AND SO IT BEGINS…. As expected, the Employee Free Choice Act, a measure intended to make it easier for American workers to form unions, was introduced on the Hill today. The measure is often known as “card check,” because it would give workers the right to form a union when a majority of employees sign cards saying they want one.
Proponents expect the measure to pass the House with relative ease. In the Senate, Sen. Tom Harkin (D-Iowa), the leading support of the bill in the chamber, conceded this morning, “We have enough votes to pass the bill in the Senate. I’m not sure if we have enough votes to overcome a filibuster.”
There will be plenty of time for vote-counting; the measure isn’t expected to reach the floor until May. In the meantime, we’re also getting a sense of what EFCA opponents have in mind. Consider this jaw-dropper, from Jane Hamsher:
Today Citigroup lowered its rating on Wal-Mart from a buy to a hold because of the Employee Free Choice Act, “citing concern that legislation intended to make it easier for employees to unionize would raise the retail giant’s labor costs and hurt its competitiveness.” … The Citigroup analyst, Debora Weinswig, said Employee Free Choice (EFCA) “could be a significant drag to earnings.”
It’s hard to view this as anything other than a reckless and overt political act on the part of a company, Citigroup, that has made stupendously bad business decisions with dire economic consequences necessitating billions in taxpayer bailouts, at a time when the market can ill-afford it.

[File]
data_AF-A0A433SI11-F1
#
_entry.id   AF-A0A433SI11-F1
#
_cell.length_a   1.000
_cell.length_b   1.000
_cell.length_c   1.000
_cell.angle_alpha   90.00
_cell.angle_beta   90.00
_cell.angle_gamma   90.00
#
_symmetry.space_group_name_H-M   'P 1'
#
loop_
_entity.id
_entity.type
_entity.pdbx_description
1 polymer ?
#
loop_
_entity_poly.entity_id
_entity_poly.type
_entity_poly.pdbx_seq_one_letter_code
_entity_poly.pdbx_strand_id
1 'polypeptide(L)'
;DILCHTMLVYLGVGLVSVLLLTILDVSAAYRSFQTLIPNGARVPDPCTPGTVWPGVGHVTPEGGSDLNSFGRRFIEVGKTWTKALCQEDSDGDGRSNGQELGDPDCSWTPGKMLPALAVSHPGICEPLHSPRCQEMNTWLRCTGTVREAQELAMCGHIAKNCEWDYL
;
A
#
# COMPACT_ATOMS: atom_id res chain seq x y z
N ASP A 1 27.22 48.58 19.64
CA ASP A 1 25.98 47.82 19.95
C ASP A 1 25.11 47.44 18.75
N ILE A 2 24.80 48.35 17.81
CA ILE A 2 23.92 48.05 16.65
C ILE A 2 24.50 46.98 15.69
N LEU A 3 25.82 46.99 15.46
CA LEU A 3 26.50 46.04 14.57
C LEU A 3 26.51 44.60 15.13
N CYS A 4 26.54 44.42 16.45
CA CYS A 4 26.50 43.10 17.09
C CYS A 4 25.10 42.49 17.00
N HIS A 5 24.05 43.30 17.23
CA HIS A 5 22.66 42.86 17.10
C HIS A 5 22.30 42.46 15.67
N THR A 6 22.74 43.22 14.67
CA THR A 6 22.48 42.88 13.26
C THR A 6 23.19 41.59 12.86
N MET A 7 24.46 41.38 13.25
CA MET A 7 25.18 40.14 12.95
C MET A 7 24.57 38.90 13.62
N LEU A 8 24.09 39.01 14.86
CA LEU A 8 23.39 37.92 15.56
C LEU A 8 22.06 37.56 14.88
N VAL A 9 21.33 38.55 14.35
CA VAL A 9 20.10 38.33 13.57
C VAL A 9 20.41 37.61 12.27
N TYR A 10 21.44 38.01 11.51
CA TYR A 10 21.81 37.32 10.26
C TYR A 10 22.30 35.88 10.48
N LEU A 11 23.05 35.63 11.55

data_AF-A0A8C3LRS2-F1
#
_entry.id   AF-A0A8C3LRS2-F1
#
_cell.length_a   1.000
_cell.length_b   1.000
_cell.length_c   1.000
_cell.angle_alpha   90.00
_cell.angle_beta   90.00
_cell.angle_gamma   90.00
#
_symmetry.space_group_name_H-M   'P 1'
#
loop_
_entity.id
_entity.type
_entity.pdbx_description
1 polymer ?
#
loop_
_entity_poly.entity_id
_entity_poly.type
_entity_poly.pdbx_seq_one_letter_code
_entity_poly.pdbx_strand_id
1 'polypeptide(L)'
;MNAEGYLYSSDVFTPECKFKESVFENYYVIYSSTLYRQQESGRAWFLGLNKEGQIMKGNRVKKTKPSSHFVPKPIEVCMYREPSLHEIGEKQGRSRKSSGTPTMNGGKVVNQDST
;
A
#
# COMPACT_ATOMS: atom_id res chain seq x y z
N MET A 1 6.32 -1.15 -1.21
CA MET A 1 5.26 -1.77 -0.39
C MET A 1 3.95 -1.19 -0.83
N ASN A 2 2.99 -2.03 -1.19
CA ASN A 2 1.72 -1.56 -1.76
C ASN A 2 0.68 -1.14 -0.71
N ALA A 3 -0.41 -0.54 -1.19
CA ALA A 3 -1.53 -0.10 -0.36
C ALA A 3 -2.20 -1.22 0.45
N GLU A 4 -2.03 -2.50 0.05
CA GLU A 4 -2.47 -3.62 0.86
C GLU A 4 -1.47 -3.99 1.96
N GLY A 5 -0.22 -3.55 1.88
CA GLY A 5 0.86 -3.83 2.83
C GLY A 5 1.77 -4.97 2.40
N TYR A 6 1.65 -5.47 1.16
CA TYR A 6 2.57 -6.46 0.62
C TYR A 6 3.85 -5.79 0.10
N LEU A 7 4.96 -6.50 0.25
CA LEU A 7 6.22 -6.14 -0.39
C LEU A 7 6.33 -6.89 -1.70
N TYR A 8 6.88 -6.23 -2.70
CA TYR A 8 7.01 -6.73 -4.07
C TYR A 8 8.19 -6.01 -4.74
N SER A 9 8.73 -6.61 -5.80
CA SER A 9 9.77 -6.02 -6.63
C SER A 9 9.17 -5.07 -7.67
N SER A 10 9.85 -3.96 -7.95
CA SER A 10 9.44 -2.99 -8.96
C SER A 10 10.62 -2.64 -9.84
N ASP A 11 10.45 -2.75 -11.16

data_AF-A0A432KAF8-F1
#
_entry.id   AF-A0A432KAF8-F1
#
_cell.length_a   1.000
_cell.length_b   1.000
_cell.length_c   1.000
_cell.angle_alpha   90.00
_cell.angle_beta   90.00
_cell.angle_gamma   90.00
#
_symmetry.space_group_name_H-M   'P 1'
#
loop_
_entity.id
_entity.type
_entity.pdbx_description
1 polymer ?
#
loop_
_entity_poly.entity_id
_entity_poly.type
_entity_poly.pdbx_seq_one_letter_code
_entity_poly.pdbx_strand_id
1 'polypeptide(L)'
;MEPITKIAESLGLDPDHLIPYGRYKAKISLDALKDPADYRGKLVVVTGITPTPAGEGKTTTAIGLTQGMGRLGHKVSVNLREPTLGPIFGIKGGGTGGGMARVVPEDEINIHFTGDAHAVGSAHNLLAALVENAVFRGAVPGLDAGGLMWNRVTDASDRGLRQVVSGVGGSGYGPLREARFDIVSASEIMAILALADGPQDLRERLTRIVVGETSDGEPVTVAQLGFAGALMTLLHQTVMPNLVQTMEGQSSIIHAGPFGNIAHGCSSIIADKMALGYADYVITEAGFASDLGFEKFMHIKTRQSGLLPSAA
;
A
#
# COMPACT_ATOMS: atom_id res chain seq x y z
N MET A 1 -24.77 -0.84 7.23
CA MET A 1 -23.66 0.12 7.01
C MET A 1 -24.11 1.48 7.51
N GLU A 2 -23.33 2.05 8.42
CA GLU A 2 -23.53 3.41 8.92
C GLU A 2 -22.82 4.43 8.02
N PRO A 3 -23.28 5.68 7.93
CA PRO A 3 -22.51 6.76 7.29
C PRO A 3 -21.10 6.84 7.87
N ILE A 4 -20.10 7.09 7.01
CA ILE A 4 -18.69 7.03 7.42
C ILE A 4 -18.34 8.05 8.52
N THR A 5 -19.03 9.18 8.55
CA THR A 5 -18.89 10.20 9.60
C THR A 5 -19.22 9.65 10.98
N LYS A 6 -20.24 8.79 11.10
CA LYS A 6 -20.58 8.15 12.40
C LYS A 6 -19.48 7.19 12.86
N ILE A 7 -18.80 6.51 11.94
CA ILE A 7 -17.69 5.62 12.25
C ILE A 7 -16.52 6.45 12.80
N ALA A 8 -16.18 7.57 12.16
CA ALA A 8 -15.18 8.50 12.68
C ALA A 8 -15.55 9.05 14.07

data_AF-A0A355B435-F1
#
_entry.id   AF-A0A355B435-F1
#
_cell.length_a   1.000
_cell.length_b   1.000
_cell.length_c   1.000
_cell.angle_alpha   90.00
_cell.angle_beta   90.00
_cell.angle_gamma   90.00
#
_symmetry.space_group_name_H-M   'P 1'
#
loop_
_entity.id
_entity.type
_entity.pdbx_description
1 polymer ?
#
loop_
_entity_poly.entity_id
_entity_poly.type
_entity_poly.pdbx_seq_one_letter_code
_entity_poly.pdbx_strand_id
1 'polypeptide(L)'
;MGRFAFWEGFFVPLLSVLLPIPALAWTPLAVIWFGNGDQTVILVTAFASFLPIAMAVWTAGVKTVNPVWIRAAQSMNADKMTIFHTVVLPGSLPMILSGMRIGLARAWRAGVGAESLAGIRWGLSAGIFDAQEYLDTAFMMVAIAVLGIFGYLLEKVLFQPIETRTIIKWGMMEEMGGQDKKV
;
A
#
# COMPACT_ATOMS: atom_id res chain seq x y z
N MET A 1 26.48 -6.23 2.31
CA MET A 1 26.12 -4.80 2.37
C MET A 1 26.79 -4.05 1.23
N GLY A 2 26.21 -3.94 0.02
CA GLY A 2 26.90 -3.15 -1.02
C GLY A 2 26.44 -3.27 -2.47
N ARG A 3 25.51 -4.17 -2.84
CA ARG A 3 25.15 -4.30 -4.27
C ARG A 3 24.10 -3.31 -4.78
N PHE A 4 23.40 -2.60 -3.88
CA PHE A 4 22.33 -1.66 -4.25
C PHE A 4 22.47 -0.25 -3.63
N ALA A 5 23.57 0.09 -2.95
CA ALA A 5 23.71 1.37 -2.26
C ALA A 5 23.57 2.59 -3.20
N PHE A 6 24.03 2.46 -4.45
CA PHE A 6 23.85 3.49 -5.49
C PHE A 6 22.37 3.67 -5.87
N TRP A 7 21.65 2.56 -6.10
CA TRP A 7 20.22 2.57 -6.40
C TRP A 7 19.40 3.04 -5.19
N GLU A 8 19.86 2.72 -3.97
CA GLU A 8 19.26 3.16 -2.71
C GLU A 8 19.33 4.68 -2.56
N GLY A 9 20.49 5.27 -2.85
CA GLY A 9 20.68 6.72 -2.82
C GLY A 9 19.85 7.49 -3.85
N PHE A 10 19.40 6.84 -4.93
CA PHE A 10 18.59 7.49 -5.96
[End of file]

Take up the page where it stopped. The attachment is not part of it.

Even Bank of America admitted in an internal memo that increased wages for working people would mean “increased spending power of lower income consumers,” which would mean that even if Wal-Mart was successfully unionized — a big if — they could make up the cost of higher wages with an increase in sales. Somehow that calculation didn’t enter into Ms. Weinswig’s extraordinarily premature analysis.
[I]t’s hard to recall another time when an analyst actually downgraded a stock on fears of legislation that few expect to pass. Indeed, many on the Left are arguing that this is more about generating a controlled stock market panic that will convince wavering senators to vote against EFCA than about accurately pricing Wal-Mart’s stock.
Josh Bivens at the Economic Policy Institute told Ezra, “When I see upgrades to the stocks of Wal-Mart’s already-unionized competitors (grocery stores like Safeway who will gain back market share if easier unionization results in higher Wal-Mart labor costs) specifically pegged to the specter of EFCA, then I’ll admit that Citi is engaged in good-faith prognosticating here. Otherwise, not so much.”